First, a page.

Analysis of Presidential and Senate races gives a current long-term outlook for divided government at 34% probability, 1 in 3. Including the House would make the likelihood even higher. A House prediction will come tomorrow.
First, here is a histogram of Senate outcomes given current polls and a shift of up to +/-3% (uniform distribution) between now and November.
From this histogram, Democrats will retain Senate control with 65% probability, an uptick from my previous estimate of 52%, mainly because of Rep. Akin (R-MO)’s comments on “legitimate rape.” The probability estimate is very rough. Anything between 20% and 80% should be considered a knife edge.
What are the likeliest outcomes? Cases in which President Obama is re-elected are easier to estimate because his current November win probability as 88%. This covers most possible futures, and control of the Senate will be largely a statistically independent event from an Obama re-election.
This leads to the following scenarios, in descending order of likelihood.
Scenario 1: President Obama and a Democratic Senate: 57%. Under current rules requiring 60 votes for many actions, the Senate would be nearly paralyzed. However, Majority Leader Harry Reid has said that reforming the filibuster is a priority for him in the new Congress.
Scenario 2: President Obama and a Republican Senate: 31%. Reid said he’d also be in favor of filibuster reform in this case too. He’d have little say in the matter, though, and no good argument for opposing whatever the new majority wants. Although Obama has recently said that Republicans would be more likely to play ball once he’s re-elected, I am having trouble imagining that. I am having an easier time imagining continued polarization. Could be nasty.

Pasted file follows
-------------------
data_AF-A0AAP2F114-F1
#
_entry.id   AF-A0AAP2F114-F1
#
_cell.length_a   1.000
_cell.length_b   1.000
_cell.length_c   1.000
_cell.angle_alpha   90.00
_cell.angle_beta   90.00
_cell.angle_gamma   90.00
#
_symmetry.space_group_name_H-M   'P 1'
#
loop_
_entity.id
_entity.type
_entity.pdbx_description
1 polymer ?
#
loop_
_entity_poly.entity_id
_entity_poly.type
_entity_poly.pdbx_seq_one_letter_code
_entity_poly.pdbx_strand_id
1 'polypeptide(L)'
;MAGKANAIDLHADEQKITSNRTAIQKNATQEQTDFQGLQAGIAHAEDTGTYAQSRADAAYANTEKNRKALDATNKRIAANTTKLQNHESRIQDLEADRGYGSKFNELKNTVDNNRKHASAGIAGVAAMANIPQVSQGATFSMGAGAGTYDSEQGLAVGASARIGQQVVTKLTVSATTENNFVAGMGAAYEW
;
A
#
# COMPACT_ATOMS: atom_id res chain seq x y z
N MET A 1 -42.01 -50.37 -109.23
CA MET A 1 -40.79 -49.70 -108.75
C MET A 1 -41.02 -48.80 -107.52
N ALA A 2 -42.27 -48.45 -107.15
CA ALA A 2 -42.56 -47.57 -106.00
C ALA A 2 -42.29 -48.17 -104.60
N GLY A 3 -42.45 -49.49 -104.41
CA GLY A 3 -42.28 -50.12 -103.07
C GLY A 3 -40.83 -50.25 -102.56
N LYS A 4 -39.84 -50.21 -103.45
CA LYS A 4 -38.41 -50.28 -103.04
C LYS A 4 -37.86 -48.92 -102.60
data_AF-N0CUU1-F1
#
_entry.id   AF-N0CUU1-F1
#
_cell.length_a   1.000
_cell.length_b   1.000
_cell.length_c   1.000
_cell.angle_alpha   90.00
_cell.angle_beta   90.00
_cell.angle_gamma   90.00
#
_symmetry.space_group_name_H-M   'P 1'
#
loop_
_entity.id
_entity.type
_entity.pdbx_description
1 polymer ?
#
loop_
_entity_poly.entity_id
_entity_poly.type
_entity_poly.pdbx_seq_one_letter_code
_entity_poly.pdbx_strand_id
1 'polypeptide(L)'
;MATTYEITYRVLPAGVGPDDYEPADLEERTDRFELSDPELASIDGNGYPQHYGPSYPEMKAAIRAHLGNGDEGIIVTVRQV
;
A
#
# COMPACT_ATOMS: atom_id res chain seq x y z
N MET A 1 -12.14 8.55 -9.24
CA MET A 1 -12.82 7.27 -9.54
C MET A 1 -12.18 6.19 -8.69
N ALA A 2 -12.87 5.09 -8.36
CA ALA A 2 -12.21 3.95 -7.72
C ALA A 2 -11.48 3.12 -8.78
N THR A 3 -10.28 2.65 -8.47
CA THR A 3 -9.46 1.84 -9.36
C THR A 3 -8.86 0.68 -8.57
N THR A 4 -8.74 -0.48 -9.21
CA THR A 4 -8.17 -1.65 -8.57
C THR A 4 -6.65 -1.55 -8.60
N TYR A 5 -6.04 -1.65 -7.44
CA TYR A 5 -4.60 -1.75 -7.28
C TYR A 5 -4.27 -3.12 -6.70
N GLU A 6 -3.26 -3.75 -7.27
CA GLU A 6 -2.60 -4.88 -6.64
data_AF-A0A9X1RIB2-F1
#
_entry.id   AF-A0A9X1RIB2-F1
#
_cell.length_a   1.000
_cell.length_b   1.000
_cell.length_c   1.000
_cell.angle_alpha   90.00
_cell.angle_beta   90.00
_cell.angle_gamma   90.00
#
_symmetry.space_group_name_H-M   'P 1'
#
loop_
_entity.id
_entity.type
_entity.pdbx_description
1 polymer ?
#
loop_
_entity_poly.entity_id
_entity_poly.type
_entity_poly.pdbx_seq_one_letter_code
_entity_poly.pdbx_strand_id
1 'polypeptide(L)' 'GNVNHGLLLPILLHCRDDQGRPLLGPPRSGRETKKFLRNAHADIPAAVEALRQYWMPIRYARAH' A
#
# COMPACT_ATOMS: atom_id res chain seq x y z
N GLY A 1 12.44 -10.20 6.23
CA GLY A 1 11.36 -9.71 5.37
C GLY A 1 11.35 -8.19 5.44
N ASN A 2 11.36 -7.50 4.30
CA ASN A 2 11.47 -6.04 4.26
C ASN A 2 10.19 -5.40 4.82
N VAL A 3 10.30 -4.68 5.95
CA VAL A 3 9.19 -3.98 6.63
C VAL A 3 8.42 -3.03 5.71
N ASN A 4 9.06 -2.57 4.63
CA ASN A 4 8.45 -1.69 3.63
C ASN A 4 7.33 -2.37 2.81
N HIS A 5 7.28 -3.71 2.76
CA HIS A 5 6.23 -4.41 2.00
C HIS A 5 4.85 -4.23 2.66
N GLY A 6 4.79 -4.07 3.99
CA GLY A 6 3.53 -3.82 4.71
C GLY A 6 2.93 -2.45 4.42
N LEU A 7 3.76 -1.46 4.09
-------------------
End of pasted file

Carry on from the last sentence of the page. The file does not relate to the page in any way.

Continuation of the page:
The remaining options involve Romney winning the election. This would require a swing of at least 2.0% from current conditions. It would almost certainly be a close election, despite a silly model from a remote ivory tower.
Scenario 3: President Romney and a Republican Senate: 9%. In this case, Majority Leader McConnell would be under heavy pressure to do away with the filibuster. We would see lots of action, that’s for sure: repeal of Obamacare, continued tax cuts across the board.
Scenario 4: President Romney and a Democratic Senate: 3%. For similar reasons as Scenario 3, I think interest in reforming the filibuster would be greatly reduced.
Scenarios 2 and 4 make a total probability of 34%, or 1 in 3.
And…if Republicans retain the House, that is yet another possible path to divided government.
It appears near-certain that the Republicans will lose House seats. But how many? That is a murky question. Current signs indicate that one party has a slight edge in gaining/retaining control. But which one? I’ll post that tomorrow.